What you are talking about is small IMHO with the benifit of investing before TAX and letting it accumalte.
You seem to be wanting to argue with me about something I never said, implied or insinuated. If you read my first post, you will see that we are not talking about the same thing. So you can stop trying to convince me to take advantage of retirement accounts, thinking that I am against them somehow -- an assumption that is false. Smilie

My only point, which is still valid, is that investments, brokerages, etc. that try to convince you to use or invest in them, by using marketing or other gimmicks, are usually not the ones you want to put your money into if you have the option. If you see a fund on TV, it's wasting your money on 12b1 advertising.

Regarding the investment allocation, while that may be good for you (and is the standard recommendation for most poeple), some components depend on the individual circumstances. The OP has not provided enough details about his situation to give specific advice. He hasn't mentioned if his employer does match or not. Or what his current income/tax bracket is now or will be in the future. Yes, you should always take advantage of employer match if available -- it's a no brainer even with horrible fees/options. That's always step #1 if there is a match. But the rest depends on other factors, specifically whether you should be doing pre- or post-tax now (part of which is math the other is belief in the future state of the economy), whether you can make qualified IRA/RothIRA contributions (depends on income) directly or if you would need to use a 401k/403b instead. Outside of match, I would personally rather contribute to an IRA versus my 401k (better options), but my income doesn't allow me to make tax deductible IRA contributions since I am offered a 401k, so I need to put those into a 401k for the tax deduction. I do however max out the Roth IRA since the rules are different. But the OP might be in different circumstances. Again, it depends and he would need to provide more information than what he has.

For example, if the OP is single, has an employee match, has an AGI <$66k/year and believes he will be in a lower tax bracket in retirement versus now, he may prefer (and qualifies to contribute) to an IRA versus a Roth. In that case, his order of preference would probably be:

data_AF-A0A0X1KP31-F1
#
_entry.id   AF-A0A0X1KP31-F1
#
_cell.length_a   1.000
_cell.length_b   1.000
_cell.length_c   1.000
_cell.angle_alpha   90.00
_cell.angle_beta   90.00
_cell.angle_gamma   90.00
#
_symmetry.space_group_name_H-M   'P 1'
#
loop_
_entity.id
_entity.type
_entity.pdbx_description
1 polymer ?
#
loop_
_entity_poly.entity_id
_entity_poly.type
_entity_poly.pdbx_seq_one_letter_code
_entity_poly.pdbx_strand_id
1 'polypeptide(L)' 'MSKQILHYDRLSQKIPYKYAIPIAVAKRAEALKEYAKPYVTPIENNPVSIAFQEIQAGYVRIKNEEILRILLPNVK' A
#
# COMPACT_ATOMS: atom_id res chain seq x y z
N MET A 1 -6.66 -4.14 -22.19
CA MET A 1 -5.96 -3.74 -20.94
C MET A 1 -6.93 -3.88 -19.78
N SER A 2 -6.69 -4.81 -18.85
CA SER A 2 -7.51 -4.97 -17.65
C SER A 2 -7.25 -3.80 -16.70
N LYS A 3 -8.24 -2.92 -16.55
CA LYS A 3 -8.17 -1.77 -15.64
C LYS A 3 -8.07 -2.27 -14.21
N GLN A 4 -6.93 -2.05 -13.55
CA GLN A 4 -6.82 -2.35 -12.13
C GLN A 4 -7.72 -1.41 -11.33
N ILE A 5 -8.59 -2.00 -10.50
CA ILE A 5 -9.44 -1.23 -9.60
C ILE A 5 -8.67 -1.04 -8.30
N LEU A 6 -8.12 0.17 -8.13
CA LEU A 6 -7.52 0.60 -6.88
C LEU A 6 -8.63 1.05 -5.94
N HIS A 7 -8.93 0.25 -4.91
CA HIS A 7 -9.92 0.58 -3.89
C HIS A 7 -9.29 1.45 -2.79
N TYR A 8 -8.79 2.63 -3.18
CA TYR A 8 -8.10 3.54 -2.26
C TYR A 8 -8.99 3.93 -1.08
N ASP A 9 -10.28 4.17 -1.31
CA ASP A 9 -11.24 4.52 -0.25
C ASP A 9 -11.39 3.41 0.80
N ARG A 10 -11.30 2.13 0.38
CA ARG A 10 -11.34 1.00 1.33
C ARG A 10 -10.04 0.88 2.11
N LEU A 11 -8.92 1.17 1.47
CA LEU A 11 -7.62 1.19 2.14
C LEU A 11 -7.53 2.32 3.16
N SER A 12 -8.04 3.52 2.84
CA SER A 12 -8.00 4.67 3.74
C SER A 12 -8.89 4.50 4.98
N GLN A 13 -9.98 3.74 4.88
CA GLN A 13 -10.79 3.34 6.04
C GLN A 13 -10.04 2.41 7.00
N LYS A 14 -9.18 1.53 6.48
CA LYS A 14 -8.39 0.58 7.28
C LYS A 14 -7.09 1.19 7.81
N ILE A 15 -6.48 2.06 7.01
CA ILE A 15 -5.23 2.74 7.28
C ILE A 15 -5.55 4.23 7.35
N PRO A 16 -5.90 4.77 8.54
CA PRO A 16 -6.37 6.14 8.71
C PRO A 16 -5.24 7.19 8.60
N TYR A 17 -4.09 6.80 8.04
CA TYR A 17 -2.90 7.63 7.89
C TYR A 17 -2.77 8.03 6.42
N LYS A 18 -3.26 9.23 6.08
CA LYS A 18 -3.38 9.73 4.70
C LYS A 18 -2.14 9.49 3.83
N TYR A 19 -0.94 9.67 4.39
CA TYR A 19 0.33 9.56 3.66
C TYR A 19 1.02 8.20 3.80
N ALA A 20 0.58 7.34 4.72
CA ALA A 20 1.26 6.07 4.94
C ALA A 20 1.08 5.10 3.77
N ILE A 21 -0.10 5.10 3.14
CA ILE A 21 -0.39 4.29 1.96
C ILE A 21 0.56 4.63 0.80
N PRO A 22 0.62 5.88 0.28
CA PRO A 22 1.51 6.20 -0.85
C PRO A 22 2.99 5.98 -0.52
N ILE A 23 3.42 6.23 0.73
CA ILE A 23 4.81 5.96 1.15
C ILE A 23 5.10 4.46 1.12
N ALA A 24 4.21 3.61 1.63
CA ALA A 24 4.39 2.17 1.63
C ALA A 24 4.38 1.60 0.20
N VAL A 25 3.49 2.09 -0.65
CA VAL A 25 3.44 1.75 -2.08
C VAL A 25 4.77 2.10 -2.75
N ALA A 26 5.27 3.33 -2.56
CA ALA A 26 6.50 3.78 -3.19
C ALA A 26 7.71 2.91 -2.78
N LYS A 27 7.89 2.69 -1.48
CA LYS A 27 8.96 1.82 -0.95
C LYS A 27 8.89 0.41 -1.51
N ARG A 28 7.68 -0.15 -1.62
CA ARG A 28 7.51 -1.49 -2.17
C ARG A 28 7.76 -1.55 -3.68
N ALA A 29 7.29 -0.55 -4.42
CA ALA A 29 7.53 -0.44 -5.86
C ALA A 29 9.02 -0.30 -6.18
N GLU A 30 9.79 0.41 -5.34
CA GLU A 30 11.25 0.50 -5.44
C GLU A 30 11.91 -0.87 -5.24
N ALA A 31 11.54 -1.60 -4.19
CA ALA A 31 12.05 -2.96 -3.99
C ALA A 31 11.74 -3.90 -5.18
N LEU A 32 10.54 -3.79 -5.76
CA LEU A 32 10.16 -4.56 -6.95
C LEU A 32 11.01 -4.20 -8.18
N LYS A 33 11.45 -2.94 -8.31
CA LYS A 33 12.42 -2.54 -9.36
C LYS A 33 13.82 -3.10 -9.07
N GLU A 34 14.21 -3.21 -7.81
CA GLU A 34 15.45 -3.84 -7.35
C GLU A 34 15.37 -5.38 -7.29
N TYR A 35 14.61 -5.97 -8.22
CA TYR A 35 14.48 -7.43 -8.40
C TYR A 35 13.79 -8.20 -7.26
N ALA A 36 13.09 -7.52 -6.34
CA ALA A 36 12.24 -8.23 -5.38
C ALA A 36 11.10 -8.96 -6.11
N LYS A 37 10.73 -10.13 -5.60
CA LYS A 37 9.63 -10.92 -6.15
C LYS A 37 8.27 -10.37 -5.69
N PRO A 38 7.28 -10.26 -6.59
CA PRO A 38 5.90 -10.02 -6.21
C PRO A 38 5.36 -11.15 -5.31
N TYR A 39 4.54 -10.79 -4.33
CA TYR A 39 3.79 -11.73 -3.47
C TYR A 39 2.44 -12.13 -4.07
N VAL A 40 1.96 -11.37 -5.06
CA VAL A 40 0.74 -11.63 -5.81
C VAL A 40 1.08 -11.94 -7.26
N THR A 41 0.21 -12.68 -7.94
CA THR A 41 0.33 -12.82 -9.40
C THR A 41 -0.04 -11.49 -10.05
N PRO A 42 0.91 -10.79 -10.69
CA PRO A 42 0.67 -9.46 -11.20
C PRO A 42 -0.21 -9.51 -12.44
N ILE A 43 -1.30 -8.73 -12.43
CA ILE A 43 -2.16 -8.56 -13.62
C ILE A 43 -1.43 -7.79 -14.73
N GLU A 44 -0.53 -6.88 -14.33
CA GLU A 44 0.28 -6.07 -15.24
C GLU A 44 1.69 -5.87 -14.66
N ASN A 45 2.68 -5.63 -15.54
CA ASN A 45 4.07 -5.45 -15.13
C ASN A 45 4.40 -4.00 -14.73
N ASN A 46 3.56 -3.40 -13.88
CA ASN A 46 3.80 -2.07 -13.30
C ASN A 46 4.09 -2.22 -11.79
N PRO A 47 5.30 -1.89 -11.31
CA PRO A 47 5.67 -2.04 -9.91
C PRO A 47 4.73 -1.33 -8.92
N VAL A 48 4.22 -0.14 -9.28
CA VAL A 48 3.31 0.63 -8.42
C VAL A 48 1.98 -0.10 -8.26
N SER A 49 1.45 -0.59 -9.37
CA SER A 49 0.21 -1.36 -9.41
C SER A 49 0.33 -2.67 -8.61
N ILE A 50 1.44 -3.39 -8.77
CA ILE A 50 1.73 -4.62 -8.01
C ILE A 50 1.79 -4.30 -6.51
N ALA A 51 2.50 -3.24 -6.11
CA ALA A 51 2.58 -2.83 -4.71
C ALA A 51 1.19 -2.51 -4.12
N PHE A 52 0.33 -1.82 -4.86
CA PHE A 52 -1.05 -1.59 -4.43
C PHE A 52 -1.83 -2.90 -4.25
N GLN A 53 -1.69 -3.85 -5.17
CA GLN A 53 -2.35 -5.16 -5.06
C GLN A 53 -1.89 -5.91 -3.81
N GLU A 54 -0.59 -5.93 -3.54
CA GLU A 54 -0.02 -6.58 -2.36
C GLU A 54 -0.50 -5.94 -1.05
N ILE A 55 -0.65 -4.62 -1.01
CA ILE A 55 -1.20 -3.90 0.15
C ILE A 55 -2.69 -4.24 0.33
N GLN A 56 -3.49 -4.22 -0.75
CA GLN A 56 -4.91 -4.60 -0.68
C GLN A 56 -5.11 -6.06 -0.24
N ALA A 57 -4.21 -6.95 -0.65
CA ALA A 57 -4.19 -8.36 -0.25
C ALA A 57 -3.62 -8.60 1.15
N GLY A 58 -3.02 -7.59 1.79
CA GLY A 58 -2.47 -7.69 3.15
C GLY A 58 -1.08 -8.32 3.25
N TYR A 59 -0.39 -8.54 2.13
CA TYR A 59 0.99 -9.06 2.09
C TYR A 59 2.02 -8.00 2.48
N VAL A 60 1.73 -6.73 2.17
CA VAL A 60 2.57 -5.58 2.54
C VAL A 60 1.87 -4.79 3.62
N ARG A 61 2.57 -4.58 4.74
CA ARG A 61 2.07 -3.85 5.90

1) Full match into 401k.
2) IRA Contribution up to $5500 (not Roth)
3) Remainder into 401k/403b

The IRA and 401k/403b would be taxed the same (deferred) but the IRA would likely (not always, but likely) give him better options.

If he makes >$71k as single or $118k as married, the non-Roth IRA option is no longer there, and he would need to decide whether to do a Roth IRA or 401k, or both, and determine the best allocation for him.
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#13
Quote from joshuaNH View Post :
I understand your fustration over the admin fees. I get charged $16 per year... does that make me happy.. HELL NO, but my 401K is now worth $$$$ and that does make me happy.
A $16 per year admin fee is not too bad as long as the funds' expense ratios are good. My company just announced some changes to our 401k plan (managed by Vanguard) including the addition of a fixed $41 annual admin fee. At the same time, we are gaining access to Vanguard's Target Retirement Trust funds with a 0.11% reduction in the ER compared to the regular TRD funds that we had previously. Anyone with a balance of more than $37,272.73 holding a TRD fund will recuperate that $41 fee. We're also going from Institutional to Institutional Plus class shares of Vanguard's S&P 500 fund. That cuts the ER in half from 0.04% to 0.02%. You'd need a balance of $205,000 in the S&P fund to recuperate that $41 fee.
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#14
Are Roth IRA's included in the maximum contribution limits from the IRS? e.g. tot sum of all retirement deferrals cant exceed $18k (2015) but the IRS website only lists 401k, 403b, and "SIMPLE IRA":

http://www.irs.gov/Retirement-Pla...nt-Plan%3F
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#15
Quote from Dr. J View Post :
Are Roth IRA's included in the maximum contribution limits from the IRS? e.g. tot sum of all retirement deferrals cant exceed $18k (2015) but the IRS website only lists 401k, 403b, and "SIMPLE IRA":

http://www.irs.gov/Retirement-Pla...nt-Plan%3F
No, the IRA/Roth max of $5500 is exclusive of 401k type contributions.